William watches from outside as Lester Bangs is interviewed by a radio station.
Almost Famous offers a candid glance at 1960s rock and roll culture, as experienced firsthand by William (Patrick Fugit): a naïve, wide-eyed 15-year-old with dreams of being a music journalist. William convinces an editor at Rolling Stone magazine that he’s much older than he is, and lands an article covering the up-and-coming band Stillwater. While warned by legendary music critic Lester Bangs (Philip Seymour Hoffman) to remain “honest and unmerciful,” William tours alongside the band, soaking in the revelry, and befriending them against Bang’s warning. From his admiration for lead guitarist Russell (Billy Crudup), to his helpless love for groupie Penny Lane (Kate Hudson), William is acquainted with the secrets of Stillwater. With his deadline looming, he must confront his loyalties.
Lester provides mentoring for William and gives him his first break as a writer.
William’s innocence makes for the purest level of music admiration, but his idealism of the industry is bound to be shattered. Growing up with his overbearing and religion-infused mother, Elaine (Frances McDormand), William’s only exposure to rebellion is in his sister Anita (Zooey Deschanel), who left home when he was a boy. But not before leaving him a bin of records with the foreshadowing sentiment that they will “set him free.” Almost Famous is a story of William’s self-discovery—the removal of his rose-tinted glasses. Though throughout Stillwater’s journey to the top, and the startling combination of the danger, humor, and enlightenment that rock and roll has to offer, Williams matures without losing his early romanticism.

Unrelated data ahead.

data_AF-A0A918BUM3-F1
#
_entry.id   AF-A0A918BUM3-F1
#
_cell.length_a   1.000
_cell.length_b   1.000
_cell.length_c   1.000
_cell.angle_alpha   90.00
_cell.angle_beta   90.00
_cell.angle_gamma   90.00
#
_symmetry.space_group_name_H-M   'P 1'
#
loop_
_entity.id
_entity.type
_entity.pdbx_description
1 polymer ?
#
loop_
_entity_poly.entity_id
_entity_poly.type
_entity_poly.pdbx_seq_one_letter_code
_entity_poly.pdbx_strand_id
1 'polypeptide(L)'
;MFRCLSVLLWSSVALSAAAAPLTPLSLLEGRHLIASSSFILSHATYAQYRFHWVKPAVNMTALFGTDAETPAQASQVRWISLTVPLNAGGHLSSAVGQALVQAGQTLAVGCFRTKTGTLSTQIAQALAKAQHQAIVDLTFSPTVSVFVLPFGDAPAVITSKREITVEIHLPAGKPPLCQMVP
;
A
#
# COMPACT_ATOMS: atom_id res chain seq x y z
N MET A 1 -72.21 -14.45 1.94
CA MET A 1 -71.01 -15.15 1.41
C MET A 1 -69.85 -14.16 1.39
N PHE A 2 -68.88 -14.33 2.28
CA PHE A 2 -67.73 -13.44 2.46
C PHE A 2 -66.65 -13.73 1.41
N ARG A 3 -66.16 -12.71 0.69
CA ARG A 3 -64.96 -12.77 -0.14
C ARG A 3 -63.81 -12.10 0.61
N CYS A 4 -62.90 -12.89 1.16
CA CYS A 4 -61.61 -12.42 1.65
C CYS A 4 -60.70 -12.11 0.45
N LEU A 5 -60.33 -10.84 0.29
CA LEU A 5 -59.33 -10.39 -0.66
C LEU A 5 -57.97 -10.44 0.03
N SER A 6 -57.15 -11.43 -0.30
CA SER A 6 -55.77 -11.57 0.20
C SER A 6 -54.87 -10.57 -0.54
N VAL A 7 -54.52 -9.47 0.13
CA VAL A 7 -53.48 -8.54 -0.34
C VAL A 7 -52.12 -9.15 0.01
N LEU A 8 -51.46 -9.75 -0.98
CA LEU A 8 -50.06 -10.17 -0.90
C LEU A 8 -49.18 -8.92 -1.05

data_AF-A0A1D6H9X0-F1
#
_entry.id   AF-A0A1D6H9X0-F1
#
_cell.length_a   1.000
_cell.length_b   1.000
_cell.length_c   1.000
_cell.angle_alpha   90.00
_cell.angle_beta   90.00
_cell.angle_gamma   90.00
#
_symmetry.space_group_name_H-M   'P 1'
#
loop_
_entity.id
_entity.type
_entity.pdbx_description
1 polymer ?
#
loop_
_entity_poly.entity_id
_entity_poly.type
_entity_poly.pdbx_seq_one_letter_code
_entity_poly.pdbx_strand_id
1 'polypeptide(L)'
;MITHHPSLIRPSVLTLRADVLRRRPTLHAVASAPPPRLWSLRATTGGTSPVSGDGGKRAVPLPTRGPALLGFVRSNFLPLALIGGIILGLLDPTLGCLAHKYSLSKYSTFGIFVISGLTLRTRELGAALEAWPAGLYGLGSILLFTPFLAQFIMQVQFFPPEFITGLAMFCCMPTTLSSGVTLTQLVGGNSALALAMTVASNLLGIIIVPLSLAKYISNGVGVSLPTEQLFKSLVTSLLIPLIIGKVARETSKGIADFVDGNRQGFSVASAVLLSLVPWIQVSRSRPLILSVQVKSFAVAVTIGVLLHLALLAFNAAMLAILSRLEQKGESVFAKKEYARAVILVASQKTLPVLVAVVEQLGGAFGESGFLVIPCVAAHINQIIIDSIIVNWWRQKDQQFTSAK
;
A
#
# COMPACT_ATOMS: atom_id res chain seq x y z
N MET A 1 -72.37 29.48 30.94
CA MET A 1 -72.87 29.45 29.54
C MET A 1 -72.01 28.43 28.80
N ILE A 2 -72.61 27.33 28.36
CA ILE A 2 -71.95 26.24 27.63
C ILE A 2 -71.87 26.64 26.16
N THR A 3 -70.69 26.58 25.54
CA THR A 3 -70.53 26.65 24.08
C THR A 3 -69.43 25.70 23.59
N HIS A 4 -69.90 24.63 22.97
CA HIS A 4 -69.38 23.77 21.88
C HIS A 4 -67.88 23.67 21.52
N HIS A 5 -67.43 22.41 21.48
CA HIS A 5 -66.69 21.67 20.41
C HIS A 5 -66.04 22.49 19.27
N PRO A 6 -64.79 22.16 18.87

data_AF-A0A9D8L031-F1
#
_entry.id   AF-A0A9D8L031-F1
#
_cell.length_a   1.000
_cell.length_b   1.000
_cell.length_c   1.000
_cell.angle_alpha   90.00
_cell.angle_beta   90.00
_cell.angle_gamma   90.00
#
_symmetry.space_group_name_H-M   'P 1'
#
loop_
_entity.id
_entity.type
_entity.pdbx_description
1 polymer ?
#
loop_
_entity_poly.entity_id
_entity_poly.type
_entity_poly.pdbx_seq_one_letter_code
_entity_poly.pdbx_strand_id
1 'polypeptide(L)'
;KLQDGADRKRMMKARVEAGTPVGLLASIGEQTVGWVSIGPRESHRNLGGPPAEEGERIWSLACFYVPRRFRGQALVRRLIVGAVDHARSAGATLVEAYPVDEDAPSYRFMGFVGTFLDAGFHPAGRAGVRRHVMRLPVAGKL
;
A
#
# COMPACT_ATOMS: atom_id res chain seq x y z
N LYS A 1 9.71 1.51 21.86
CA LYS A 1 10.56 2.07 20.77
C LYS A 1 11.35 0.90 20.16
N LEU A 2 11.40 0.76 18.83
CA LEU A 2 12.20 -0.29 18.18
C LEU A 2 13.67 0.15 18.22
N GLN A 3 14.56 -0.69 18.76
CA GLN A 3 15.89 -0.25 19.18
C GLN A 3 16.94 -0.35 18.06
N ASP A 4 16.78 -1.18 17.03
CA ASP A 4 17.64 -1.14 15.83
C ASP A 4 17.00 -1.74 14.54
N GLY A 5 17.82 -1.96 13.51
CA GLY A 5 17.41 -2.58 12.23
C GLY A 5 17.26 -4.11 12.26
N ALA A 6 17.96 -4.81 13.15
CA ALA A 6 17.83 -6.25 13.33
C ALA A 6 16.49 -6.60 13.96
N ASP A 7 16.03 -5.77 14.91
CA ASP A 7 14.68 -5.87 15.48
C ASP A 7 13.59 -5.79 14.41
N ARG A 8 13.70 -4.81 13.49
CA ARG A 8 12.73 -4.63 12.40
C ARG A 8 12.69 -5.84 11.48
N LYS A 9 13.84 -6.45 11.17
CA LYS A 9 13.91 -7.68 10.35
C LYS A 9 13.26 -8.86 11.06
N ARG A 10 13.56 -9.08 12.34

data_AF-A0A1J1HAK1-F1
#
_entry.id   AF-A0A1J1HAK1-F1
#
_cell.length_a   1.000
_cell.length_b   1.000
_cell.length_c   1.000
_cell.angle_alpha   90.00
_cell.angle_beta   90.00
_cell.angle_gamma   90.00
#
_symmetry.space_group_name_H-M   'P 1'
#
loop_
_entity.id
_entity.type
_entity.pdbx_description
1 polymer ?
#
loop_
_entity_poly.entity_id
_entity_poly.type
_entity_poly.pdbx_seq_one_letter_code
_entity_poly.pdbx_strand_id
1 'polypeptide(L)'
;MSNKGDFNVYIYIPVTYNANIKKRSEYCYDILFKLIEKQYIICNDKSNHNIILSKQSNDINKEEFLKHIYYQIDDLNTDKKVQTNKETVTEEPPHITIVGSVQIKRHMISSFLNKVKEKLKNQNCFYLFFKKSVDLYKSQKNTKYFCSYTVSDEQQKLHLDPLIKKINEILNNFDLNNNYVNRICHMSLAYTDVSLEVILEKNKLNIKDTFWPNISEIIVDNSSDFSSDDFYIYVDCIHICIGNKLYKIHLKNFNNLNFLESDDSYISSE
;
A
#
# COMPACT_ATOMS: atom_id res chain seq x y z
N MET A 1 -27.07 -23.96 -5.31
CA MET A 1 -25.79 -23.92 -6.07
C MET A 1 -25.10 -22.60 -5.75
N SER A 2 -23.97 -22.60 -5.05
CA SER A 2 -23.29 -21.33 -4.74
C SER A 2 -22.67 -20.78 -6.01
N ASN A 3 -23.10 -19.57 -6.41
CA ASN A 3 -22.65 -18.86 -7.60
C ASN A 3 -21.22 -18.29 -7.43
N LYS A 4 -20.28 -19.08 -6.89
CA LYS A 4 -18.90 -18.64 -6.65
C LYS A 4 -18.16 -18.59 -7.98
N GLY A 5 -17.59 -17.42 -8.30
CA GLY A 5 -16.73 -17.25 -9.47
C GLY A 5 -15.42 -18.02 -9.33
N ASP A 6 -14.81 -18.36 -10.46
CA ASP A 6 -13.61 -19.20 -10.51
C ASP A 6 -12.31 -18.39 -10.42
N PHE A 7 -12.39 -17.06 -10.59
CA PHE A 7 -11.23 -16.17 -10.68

William develops a friendship with band groupie Penny Lane.
The real story is in the upsets and battles between band members. Jealousy rages between Russell and his band mates, who see him as stealing the limelight in their mutual quest for stardom. Russell becomes a main character study, and his true personality and passion slowly emerges from his soft yet troubled demeanor. The largest insight into Russell, and William, is the love triangle between them and Penny Lane, a teen groupie (that prefers to be called a “Band Aid”) who travels with a heavy air of confidence and independence. Like William, Penny Lane is tirelessly devoted to rock and roll and Stillwater, and they both face reality during the film’s more emotional moments, where the audience is shown the toll that this lifestyle takes on everyone involved.
The members of the rock band Stillwater.
Almost Famous feels raw and unexaggerated, creating a steady undertone of realism that carries through the film’s direction and acting performances. This is driven by producer Cameron Crowe, who used his own experience as a young music journalist to replicate the reality ingeniously. Crowe’s main brilliance is the way he makes you feel about rock and roll—completely enamored. Music creates and completes the moment: from Simon and Garfunkel’s “America” playing as Anita leaves home, to the whole group’s spontaneous sing-along of Elton John’s “Tiny Dancer” to break up all tour bus tensions. You’ll wish you were right there in that tour bus, and find yourself smiling in the simple beauty of their shared passion. We’re introduced to allure, glamour, and downfall, but mostly, to the hope that music inspires in people who truly believe in its power.
William and Dick Roswell on the tour bus.
There aren’t a lot of shots of chucks, although several characters, Lester Bangs, young William Miller, and Dick Roswell, are seen wearing them in a few brief scenes. The best shot is while the band is on their tour bus.
Young William Miller.
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